4. Expansion of women's enterprises has also come up against limitations of the regulatory frameworks and a lack of networks in place to service their production and distribution needs. Women microentrepreneurs' limited access to finance is compounded by their having lower sales volumes, less capital, less collateral, and weaker business skills and experience compared to male-owned businesses. There is also a growing realization that MFIs involved in promoting women's entrepreneurship should more aggressively develop strategies and policies to mainstream gender and social issues and approaches in business development. There is a need to expand policies on collateral and the variety of lending instruments in order to address the needs of different types of micro-businesses. Therefore, the project will support efforts to institutionalize gender-focused and socially oriented policies and programs for microfinance both in PFIs during the project and at a policy level through the Investment Climate Improvement Program.

5. The primary beneficiaries of the project will include, but not be limited to, low-income women microentrepreneurs who are willing to scale up to formal and sustainable level and that (i) are majority owned (more than 50%) or managed by women, with minimum income of 0 to $2,000 per annum; (ii) have a sound business development plan or are willing to develop one in future; (iii) invest into business development not less than 10% of annual profit or are willing to do so in future; (iv) plan to employ in future or employ currently at least 1 non-family member. This will also include (i) recipients of financing from the two previous ADB projects (footnote 11), and (ii) eligible women beneficiaries of micro-loans selected from the PFIs databases. In cooperation with three PFIs, the project will pilot innovative financial services which should improve access to finance and reduce the cost of funds through alternative financing schemes. This, in turn, will improve productivity and efficiency of women's microenterprises. The step up to higher productivity brings important benefits to the entrepreneur and, thereby, to her community. Women running microenterprises are often the primary sources of food security, health care and education for children, and all critical social development needs. Active participation of PFIs, along with active involvement of the government and other stakeholders, in promoting women's microentrepreneurship will help to create more jobs and income, and thereby to improve living standards among the population of the rural areas and small towns in the Kyrgyz Republic.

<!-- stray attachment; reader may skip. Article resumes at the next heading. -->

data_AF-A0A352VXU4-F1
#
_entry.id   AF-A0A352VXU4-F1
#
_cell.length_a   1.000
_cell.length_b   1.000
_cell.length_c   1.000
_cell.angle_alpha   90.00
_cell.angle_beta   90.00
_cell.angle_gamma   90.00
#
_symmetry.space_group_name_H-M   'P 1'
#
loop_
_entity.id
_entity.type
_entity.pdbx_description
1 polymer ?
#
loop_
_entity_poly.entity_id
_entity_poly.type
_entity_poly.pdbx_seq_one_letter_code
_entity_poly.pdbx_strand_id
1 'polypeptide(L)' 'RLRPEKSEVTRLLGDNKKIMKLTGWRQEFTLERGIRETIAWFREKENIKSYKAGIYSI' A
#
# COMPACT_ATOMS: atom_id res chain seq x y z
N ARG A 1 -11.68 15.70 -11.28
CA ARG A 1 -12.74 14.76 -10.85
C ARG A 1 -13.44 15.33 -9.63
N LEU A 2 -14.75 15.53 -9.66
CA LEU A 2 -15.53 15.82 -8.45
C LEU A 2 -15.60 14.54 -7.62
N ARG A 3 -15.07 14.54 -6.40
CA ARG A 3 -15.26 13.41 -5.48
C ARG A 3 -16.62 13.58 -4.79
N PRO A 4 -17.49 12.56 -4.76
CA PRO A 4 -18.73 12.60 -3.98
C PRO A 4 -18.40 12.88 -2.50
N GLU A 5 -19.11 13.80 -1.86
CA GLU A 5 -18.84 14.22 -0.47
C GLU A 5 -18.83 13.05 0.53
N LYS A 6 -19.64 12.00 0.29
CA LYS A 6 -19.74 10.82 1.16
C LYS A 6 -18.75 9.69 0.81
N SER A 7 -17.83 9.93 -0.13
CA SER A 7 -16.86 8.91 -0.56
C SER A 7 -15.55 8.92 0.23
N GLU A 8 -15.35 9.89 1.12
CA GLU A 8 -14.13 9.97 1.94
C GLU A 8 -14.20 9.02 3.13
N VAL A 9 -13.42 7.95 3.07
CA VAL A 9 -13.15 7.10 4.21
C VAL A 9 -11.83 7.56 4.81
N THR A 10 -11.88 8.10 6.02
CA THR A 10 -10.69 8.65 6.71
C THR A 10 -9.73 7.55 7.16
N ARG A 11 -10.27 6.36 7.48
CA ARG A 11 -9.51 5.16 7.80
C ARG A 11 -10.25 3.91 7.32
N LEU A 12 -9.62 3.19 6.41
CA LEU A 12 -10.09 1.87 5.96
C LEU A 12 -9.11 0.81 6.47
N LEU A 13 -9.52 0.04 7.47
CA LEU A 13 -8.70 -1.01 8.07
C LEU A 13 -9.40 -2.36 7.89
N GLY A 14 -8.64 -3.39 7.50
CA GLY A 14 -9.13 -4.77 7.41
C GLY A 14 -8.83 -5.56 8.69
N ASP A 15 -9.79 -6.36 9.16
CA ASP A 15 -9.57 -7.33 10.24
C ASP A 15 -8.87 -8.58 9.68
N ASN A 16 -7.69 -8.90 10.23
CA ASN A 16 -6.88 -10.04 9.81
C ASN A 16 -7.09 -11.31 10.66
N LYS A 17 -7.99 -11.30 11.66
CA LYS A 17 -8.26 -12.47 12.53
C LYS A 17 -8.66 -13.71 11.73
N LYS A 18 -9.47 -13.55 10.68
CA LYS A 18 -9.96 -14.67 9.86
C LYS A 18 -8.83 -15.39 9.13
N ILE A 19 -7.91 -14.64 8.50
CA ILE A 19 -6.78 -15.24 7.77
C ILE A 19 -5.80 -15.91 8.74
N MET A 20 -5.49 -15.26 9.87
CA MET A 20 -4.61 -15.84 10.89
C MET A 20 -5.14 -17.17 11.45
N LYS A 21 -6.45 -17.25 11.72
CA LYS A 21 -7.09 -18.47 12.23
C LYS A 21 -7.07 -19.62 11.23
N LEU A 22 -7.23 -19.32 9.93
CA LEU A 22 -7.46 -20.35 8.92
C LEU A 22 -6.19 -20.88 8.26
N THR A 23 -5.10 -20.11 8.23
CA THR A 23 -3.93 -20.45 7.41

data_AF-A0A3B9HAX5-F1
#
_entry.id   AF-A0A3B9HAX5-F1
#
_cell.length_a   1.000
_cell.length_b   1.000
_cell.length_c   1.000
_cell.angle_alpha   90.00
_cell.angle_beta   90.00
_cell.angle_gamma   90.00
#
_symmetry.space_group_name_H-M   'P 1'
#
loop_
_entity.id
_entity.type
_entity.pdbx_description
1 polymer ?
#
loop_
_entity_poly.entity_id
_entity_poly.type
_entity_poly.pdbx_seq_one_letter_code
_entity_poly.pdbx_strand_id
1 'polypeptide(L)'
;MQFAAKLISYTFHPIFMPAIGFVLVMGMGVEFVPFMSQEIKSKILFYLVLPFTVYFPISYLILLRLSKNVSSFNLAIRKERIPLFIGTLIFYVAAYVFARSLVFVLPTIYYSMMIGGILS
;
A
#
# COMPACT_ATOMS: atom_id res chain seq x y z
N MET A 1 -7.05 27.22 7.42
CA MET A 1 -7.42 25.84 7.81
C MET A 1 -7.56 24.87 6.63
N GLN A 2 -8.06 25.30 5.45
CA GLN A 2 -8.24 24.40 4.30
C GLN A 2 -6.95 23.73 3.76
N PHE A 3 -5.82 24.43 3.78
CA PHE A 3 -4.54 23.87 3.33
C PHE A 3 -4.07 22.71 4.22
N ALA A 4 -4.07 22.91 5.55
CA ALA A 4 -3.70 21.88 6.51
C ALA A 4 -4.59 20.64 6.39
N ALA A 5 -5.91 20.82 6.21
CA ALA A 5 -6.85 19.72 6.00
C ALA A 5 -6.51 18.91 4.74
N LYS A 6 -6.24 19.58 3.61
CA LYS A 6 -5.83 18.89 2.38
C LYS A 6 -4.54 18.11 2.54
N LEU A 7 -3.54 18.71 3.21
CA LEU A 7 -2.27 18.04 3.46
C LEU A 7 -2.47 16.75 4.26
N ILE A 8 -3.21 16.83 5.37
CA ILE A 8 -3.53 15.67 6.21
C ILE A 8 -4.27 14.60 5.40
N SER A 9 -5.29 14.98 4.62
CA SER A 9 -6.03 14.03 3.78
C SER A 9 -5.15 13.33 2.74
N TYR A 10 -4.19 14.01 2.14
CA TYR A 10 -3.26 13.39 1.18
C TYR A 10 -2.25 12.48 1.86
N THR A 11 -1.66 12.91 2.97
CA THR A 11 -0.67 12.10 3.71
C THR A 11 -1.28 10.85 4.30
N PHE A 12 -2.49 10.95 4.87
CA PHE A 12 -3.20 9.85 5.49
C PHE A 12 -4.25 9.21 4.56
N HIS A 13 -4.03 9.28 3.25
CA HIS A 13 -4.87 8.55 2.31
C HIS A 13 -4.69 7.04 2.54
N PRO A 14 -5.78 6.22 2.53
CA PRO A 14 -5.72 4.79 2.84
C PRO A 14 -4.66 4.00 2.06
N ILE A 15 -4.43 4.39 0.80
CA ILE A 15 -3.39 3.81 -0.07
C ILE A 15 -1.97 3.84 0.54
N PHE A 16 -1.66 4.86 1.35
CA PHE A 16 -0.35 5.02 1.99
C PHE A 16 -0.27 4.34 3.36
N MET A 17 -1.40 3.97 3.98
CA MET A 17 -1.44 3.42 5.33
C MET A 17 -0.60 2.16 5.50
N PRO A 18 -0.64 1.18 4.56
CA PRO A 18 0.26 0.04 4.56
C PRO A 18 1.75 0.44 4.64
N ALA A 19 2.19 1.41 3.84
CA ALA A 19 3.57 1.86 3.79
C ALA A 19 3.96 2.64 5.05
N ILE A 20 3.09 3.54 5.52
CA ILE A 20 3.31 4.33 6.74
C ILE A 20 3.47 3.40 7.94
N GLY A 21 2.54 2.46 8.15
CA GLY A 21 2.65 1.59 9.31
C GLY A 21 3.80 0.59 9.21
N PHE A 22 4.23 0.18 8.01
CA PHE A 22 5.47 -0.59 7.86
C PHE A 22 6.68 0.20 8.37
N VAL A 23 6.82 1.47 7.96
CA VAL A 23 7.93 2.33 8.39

6. Taking into account the relative short life of the project and the need for further longer-term support of women microentrepreneurs' needs, the government will develop within 3 years from the project start, as part of an exit strategy, a proposal agreed with ADB and the Government of Japan via the Office of Cofinancing Operations for the development and operation of a new facility to promote women's microentrepreneurship. The subgrants made available to the PFIs for financing pilot projects through a standby credit guarantee facility or revolving fund will be returned to the government's separate

Impact Improved living standards among women in rural areas and small towns in the Kyrgyz Republic
Project Outcome
Description of Outcome Low-income women microentrepreneurs in rural areas and small towns in Kyrgyz Republic scale up to formal and sustainable businesses
Progress Toward Outcome --
Implementation Progress
Description of Project Outputs

1. Improved capacity of low-income women micro-entrepreneurs, involved partners, and relevant government agencies

2. Improved institutional framework supporting scaling up low-income women microentrepreneurs to formal and sustainable businesses

3. Increased access to financing by low-income women microentrepreneurs of the target group